Adults Going Back to School and Others Favor Online Learning

Barry Lenson

Learning on Demand: Online Education in the United States 2009, a new report from the Babson Survey Research Group, proves the point that online education is becoming the instructional option of choice for a growing number of Americans.

“Online enrollments have continued to grow at rates far in excess of the total higher education student population, with the most recent data demonstrating no signs of slowing,” the report states. It supports that statement with these statistics:

  • More than 4.6 million students were taking at least one online college course during the fall 2008 term. That’s a 17 percent increase over the number reported the previous year.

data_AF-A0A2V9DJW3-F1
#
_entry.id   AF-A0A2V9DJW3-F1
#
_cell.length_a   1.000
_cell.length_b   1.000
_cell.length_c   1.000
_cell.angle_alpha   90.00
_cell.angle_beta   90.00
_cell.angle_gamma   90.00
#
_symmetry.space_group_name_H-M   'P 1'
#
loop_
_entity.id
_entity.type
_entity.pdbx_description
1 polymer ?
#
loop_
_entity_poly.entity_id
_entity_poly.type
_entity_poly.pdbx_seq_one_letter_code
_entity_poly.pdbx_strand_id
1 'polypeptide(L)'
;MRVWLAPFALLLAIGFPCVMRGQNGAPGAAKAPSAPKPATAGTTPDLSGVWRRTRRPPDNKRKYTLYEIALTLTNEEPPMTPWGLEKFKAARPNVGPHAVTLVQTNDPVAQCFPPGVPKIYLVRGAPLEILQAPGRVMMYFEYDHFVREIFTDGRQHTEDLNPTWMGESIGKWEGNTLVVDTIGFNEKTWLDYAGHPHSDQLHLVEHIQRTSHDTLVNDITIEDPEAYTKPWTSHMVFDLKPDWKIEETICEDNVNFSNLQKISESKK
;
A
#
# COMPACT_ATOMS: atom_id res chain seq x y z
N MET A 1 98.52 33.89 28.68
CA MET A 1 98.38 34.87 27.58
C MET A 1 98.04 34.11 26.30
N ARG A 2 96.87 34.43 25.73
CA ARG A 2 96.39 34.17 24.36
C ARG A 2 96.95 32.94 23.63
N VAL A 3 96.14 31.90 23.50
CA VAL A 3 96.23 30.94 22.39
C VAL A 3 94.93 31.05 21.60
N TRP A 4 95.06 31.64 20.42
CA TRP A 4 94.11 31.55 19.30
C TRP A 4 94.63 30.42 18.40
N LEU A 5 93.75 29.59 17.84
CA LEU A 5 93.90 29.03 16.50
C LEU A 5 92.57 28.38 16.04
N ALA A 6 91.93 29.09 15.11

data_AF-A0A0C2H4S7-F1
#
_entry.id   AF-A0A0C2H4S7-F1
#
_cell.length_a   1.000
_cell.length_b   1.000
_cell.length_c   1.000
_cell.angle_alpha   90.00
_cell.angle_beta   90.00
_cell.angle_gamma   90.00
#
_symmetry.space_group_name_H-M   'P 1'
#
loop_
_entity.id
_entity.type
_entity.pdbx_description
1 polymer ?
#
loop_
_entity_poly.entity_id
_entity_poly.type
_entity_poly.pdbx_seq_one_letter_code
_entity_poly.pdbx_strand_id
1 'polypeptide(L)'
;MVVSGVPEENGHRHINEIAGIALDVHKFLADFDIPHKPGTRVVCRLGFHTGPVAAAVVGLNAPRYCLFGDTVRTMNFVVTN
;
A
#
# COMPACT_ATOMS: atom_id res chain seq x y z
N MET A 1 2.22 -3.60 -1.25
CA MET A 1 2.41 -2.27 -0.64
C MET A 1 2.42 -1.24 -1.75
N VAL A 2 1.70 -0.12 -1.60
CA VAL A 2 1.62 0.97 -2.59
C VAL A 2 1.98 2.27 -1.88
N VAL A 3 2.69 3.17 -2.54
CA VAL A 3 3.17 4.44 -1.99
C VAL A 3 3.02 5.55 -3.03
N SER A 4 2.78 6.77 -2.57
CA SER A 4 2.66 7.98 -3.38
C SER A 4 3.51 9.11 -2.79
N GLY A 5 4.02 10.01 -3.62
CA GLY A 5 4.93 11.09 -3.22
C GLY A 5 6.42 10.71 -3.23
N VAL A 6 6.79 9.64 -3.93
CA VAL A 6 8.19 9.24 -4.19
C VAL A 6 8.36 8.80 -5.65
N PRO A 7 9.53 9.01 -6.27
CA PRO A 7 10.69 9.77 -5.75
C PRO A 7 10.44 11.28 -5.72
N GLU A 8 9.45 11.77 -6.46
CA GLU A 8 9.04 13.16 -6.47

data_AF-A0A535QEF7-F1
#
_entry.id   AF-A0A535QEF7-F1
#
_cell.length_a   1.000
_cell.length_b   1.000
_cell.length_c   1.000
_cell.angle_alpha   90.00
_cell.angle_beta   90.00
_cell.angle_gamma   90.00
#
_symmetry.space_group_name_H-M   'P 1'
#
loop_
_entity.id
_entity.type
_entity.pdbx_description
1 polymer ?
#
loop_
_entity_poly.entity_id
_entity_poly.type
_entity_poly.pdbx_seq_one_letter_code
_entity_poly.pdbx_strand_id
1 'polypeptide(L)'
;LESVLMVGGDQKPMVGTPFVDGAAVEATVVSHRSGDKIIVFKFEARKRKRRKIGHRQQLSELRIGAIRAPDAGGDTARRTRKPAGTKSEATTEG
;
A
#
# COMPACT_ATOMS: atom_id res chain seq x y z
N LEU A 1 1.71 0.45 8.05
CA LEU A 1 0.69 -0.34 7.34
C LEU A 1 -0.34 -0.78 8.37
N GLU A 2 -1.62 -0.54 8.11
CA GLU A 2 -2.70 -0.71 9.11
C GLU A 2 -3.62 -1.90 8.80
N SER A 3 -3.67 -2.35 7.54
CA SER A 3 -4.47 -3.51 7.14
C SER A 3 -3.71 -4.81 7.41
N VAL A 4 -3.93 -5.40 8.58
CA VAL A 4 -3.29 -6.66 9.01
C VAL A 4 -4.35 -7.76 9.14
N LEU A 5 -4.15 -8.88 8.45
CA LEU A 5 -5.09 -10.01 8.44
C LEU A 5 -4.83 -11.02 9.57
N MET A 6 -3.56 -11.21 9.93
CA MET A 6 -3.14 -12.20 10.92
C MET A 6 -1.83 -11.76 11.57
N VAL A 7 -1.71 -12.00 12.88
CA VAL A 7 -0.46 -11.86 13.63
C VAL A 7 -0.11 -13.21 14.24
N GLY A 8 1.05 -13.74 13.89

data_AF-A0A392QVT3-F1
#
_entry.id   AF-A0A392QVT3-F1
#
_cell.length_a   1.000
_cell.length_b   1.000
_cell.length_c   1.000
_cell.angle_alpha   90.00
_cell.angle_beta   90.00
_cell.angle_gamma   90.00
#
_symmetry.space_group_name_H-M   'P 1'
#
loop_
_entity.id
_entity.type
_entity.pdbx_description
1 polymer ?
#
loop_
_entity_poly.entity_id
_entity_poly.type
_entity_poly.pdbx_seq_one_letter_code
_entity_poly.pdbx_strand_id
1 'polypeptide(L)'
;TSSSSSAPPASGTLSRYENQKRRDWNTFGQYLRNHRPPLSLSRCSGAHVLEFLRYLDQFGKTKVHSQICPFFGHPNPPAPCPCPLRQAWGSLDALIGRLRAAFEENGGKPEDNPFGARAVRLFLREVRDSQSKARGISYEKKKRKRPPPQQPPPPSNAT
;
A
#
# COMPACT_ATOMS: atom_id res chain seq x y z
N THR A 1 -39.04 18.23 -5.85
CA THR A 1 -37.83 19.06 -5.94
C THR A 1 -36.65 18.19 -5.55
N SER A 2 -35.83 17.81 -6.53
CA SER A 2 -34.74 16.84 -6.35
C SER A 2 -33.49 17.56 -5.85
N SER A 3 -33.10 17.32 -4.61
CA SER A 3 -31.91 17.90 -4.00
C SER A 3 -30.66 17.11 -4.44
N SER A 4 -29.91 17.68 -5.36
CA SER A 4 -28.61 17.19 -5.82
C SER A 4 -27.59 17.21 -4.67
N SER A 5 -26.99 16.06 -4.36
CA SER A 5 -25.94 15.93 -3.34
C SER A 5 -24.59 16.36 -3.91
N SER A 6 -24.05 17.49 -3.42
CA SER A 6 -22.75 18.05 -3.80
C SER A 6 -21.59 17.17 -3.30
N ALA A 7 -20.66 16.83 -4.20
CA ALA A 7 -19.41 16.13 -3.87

• The 17 percent online growth rate far exceeds the 1.2 percent growth of the student population in all institutions of higher education.
  • More than one in four higher education students now take at least one college course online.
  • In 2002, only 9.6 percent of American college students were taking some courses online. By 2008, that figure had surged to 25.3 percent.
  • Of America’s 4.6 million students who were enrolled in online degree programs in 2008, 82 percent were pursuing undergraduate degrees, 14 percent were taking graduate-level courses, and the remaining 4 percent were listed as “other.”
  • Only 44.9 percent of people who responded to this survey in 2003 felt that the learning outcomes were just as good for online learning as they were for traditional classroom experiences. By 2009, that percentage had risen to 53 percent.

Yet Acceptance of Online Learning Still Lags Behind . . .

Apparently the explosive growth in online learning hasn’t convinced some academic types of its value. Only 30.9 percent of the students surveyed agreed with the statement, “Faculty at my school accept the validity of online education.”

Too bad. But as online education moves into the mainstream of American higher education, that kind of thinking is bound to change.

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